It’s a rainy Saturday night, and business is pretty slow at the piercing and tattoo studio where Rob Vincent works. So, Vincent relaxes by playing with the calculator on his phone.
“I just add different stuff up and multiply,” Vincent explains. “I just like finding out the answers.”
This nerdy hobby is new for Vincent. For years, the only math he did was figuring out how much heroin he could buy. For example: $50. That’s two bags of heroin with a bit of money left over for gas, Vincent calculates. He was a heroin addict for years, and it took him to some very dark places.
“I have had dope delivered to me by an eight-year-old boy,” Vincent says.
Vincent has been clean for almost two years, and now he works with the Jefferson County Drug Court Advocacy Council to help other addicts get and stay sober. He says he feels like a completely different person.
“I love it. It’s so much better. I can joked about stuff, and I can laugh,” Vincent says. “I spent five years pretty much without laughing. Ain’t gotta live like that no more.”
Cheap Drugs Hard to Resist
According to Vincent most addicts he works with tell him it’s difficult to stay sober when heroin is still so cheap – around $20 for a normal dose. Heroin overdose deaths are on the rise nationally. In Jefferson County, deaths increased by more than 140 percent in 2014. The numbers were shocking: Heroin caused or contributed to 144 deaths in 2014. Area law enforcement responded by increasing efforts to get traffickers and drugs off the streets, especially in Birmingham.
In October, U.S. Attorney Joyce White Vance announced that a coalition of law enforcement agencies in Alabama had made a huge drug bust.
“This morning, around six o’clock, a group of federal and local law enforcement officers dismantled a multi-million dollar drug trafficking operation, charged now with dumping heroin and cocaine onto the streets of our city,” Vance said at the press conference.
Law enforcement in Jefferson County confiscated money, property, and a lot of drugs: 12 kilograms of cocaine and 1112 doses of heroin. In all, police arrested 23 people.
But Vincent doubts it had much of an effect.
“The thing is, when they get one guy off the street, there’s three more ready to take his place,” he says.
Vincent says in all the years he was using, he would regularly hear about big busts, like in 2013, when police arrested more than 40 people. But, Vincent explains, on the street, the price and availability of heroin never changed.
“The market is very flooded in Birmingham,” Vincent says. “It’s just like supply and demand economics – when you flood the market, price goes down.”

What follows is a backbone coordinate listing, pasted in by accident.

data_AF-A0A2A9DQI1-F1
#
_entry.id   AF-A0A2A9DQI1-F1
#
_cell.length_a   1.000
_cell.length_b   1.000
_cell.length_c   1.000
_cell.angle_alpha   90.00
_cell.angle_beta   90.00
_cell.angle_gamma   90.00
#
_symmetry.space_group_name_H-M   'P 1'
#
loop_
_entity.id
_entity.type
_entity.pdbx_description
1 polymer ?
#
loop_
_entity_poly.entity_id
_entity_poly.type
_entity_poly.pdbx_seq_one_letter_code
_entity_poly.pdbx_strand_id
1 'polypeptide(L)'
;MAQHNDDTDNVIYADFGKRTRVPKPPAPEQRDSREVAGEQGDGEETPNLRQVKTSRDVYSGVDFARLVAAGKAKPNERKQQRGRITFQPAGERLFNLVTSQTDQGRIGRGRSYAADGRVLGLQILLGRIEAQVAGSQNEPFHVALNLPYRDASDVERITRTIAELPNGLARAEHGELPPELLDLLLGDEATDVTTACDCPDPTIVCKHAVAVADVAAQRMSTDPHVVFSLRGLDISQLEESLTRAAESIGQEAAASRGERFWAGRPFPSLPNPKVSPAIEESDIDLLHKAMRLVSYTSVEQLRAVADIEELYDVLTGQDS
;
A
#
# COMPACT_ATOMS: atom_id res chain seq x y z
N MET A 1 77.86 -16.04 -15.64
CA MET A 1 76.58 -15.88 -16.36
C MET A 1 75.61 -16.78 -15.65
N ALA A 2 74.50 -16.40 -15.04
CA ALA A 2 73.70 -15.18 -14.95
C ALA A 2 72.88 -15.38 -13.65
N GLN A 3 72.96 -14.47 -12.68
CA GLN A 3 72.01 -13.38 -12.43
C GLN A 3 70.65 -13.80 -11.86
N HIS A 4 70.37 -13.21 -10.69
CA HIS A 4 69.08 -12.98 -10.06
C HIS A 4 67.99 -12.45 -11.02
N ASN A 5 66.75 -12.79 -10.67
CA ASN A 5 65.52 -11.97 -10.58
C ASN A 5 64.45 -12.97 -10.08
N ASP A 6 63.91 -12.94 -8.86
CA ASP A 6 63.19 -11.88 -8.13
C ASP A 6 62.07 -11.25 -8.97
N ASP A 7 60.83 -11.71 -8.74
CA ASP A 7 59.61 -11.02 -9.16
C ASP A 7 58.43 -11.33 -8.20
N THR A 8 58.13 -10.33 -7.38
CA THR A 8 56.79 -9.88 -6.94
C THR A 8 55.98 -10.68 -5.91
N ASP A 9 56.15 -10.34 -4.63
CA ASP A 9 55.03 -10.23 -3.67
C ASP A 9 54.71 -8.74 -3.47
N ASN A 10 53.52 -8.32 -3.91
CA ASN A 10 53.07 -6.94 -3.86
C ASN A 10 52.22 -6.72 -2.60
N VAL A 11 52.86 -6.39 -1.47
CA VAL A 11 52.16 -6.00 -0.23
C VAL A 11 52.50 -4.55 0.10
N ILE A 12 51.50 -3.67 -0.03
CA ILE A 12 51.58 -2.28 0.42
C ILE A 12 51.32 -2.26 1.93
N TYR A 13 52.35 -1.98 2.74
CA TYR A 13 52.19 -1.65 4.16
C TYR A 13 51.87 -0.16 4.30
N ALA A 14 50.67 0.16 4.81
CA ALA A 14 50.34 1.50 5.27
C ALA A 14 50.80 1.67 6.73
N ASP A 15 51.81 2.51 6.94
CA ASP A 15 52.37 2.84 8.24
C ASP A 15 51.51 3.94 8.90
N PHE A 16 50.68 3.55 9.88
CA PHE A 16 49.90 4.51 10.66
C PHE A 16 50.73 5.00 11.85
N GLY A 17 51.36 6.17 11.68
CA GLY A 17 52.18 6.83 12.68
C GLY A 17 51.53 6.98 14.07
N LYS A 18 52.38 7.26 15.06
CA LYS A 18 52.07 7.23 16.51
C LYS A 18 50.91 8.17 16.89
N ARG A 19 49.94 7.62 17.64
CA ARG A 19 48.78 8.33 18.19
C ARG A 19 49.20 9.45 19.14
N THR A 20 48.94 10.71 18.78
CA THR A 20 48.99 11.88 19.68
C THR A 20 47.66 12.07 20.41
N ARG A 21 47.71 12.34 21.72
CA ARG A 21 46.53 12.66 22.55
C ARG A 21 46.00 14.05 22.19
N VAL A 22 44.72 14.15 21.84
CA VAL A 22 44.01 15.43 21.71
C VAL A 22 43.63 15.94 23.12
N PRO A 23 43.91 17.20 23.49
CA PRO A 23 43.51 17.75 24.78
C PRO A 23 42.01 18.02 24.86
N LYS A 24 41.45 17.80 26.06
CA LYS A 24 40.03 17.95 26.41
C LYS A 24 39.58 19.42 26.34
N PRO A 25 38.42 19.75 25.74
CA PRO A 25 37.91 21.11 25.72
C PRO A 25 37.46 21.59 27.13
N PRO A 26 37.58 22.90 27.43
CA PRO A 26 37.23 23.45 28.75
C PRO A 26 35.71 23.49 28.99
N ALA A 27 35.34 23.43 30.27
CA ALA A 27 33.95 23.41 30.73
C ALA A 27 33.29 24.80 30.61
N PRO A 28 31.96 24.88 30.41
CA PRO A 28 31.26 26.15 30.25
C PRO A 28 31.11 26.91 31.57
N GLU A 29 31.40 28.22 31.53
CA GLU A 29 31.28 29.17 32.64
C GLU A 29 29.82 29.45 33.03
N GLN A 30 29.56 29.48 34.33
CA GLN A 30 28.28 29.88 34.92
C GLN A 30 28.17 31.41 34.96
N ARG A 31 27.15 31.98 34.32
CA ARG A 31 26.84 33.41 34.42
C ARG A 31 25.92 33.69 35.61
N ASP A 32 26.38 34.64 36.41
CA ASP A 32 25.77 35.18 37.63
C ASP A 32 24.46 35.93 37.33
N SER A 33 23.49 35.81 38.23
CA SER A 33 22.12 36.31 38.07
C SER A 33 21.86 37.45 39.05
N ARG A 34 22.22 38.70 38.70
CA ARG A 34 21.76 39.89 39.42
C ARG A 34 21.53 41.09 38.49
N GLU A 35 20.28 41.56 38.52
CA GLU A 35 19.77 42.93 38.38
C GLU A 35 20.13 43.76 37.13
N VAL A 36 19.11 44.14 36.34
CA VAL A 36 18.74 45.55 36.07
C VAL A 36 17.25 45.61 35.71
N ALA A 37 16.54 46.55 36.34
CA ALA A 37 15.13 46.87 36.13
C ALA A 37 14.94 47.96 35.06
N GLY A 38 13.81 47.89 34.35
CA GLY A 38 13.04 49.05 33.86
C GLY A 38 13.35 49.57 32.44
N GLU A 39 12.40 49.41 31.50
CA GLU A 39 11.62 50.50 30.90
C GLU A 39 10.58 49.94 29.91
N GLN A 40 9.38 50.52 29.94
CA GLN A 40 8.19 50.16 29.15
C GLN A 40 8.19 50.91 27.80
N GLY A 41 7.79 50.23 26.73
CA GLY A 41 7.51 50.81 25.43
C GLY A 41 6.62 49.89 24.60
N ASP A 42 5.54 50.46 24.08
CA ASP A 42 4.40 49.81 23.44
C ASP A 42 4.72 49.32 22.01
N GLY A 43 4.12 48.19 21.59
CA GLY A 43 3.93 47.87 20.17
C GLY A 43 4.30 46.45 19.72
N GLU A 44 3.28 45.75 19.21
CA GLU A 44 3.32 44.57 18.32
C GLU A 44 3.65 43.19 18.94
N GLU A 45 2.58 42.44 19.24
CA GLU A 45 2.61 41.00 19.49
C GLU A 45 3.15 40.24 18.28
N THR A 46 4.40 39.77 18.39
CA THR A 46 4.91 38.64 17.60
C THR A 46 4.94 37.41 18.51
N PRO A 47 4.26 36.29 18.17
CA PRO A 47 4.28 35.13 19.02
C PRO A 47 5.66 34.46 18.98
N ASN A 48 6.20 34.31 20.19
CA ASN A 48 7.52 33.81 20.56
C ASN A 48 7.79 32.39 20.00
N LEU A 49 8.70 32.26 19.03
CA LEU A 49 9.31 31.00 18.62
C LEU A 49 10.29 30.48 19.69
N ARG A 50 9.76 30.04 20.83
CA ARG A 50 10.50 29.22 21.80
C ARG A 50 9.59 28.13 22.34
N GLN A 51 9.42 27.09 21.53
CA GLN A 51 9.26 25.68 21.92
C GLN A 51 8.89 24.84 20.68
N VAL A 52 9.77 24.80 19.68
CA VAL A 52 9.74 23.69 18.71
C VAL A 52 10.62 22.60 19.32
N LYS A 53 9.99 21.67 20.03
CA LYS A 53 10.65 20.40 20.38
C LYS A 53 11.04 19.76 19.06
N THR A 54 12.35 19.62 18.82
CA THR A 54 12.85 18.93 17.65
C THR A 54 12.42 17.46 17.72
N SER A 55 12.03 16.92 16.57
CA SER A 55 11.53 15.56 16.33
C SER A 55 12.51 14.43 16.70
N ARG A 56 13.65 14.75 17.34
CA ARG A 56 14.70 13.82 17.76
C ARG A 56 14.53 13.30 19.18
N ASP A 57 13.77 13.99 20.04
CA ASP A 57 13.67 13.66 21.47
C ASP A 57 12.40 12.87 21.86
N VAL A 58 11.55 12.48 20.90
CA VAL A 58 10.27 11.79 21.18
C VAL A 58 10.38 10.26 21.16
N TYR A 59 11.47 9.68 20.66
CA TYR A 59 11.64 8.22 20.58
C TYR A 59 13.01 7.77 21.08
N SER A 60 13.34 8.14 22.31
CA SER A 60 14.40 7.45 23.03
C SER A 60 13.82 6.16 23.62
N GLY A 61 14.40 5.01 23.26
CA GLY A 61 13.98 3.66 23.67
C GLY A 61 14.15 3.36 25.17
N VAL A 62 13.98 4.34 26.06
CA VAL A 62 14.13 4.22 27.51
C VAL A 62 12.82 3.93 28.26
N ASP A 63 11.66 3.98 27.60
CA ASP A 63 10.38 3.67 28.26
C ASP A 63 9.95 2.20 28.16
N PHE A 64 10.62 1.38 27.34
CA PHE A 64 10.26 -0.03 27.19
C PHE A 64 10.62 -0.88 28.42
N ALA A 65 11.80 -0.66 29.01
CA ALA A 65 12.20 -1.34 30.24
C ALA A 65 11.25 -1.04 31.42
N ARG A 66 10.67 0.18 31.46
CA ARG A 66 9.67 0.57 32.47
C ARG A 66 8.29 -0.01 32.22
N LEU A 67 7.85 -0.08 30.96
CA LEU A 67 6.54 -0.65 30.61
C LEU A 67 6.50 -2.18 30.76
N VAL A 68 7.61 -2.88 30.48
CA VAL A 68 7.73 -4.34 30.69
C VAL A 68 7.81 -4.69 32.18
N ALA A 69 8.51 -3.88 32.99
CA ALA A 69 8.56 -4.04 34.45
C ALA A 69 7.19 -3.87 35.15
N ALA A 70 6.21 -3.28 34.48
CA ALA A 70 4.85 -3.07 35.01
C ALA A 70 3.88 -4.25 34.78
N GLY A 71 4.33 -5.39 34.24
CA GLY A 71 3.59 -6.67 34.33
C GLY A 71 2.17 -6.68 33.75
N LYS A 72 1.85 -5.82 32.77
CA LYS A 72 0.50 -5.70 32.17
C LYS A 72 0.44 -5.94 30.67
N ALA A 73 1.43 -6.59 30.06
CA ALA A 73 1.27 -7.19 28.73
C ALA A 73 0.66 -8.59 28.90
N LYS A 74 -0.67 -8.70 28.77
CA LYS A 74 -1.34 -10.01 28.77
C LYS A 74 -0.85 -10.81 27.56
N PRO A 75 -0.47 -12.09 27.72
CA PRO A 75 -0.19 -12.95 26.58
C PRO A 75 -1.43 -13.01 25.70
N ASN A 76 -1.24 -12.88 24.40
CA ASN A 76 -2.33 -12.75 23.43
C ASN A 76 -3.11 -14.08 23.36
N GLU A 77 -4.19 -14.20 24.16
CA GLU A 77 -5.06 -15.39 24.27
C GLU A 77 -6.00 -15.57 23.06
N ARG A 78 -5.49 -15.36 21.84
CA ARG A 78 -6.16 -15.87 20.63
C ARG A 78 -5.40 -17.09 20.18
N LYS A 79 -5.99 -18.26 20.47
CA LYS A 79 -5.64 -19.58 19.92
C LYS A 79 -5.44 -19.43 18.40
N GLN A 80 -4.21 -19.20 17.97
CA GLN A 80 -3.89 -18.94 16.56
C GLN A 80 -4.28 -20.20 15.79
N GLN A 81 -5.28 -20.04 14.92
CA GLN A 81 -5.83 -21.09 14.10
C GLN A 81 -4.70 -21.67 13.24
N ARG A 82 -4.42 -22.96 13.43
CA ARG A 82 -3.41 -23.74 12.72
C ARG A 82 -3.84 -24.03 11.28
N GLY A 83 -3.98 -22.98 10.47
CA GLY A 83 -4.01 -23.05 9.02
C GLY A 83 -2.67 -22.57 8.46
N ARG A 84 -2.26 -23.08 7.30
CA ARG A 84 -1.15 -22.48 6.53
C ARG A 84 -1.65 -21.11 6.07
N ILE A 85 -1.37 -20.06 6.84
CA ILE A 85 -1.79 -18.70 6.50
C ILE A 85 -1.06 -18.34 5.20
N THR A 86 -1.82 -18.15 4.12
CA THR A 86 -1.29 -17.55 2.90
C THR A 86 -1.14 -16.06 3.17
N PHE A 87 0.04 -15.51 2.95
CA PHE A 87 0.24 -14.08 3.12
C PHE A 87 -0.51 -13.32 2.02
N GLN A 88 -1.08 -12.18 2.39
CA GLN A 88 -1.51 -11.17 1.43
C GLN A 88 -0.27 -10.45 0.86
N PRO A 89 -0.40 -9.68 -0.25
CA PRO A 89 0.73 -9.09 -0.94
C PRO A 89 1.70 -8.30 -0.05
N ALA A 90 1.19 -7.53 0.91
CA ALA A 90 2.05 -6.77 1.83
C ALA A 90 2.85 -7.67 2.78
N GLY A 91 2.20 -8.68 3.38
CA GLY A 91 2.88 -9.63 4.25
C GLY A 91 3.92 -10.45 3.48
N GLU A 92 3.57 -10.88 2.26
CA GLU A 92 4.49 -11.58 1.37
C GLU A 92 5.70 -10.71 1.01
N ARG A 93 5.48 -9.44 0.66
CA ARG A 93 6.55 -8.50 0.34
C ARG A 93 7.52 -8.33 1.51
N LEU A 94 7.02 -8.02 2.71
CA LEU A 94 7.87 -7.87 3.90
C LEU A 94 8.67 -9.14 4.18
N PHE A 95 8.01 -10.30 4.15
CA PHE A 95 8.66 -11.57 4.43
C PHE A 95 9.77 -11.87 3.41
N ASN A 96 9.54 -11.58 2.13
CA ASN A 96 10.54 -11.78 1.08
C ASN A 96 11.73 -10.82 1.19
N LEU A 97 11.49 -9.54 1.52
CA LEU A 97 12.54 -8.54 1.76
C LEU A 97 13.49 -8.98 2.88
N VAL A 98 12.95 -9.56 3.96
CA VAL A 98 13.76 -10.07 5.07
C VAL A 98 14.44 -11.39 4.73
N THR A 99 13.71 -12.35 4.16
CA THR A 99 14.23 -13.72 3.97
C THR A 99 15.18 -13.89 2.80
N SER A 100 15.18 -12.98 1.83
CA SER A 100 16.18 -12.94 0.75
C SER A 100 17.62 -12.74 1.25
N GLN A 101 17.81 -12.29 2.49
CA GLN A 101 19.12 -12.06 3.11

Fighting Supply and Demand
Jeffery Miron, an economics professor at Harvard University, says Vincent is right.
“The facts are that the prices have stayed low,” Miron explains.
Miron has been studying the economics of the drug trade since the 1980s. He says for decades, even with all the raids and busts, the price of heroin hasn’t gone up.
“It’s a little puzzling, because of course these activities would normally be expected to raise the cost of producing and selling drugs,” Miron says. “You would expect the prices to be higher, but we don’t see that in the data.”
The problem is the busts only target the supply side, and, Miron says, dealers adapt. They find new ways to hide and transport drugs, and their adaptation is often faster than the police can catch.
Joyce White Vance says she’s seen this happen firsthand.
“One thing that we have all learned in law enforcement is this is not a problem that we can arrest our way out of,” Vance says. “We also have to address the demand for heroin.”
Now, Vance says, law enforcement agencies are expanding their strategy. Vance says her office is teaming up with researchers at UAB and community leaders to study drug addiction and expand treatment for heroin addicts. Health officials have also started training friends and family members of addicts to use a drug called naloxone to stop an overdose.
In terms of overdose deaths, it seems things may be getting better. Preliminary numbers from December show Jefferson County had just under 90 deaths from heroin overdoses. But, Vance says, those numbers can be misleading, because of a new problem.
“Apparently, the drug dealers are realizing that they can cut the heroin with other substances and make more money by doing that,” Vance explains.
One of the substances dealers use is fentanyl, a painkiller. Mixed with heroin, fentanyl is deadly, and it’s not yet known how many drug overdose deaths are due to this fatal mixture.
Photo by National Crime Agency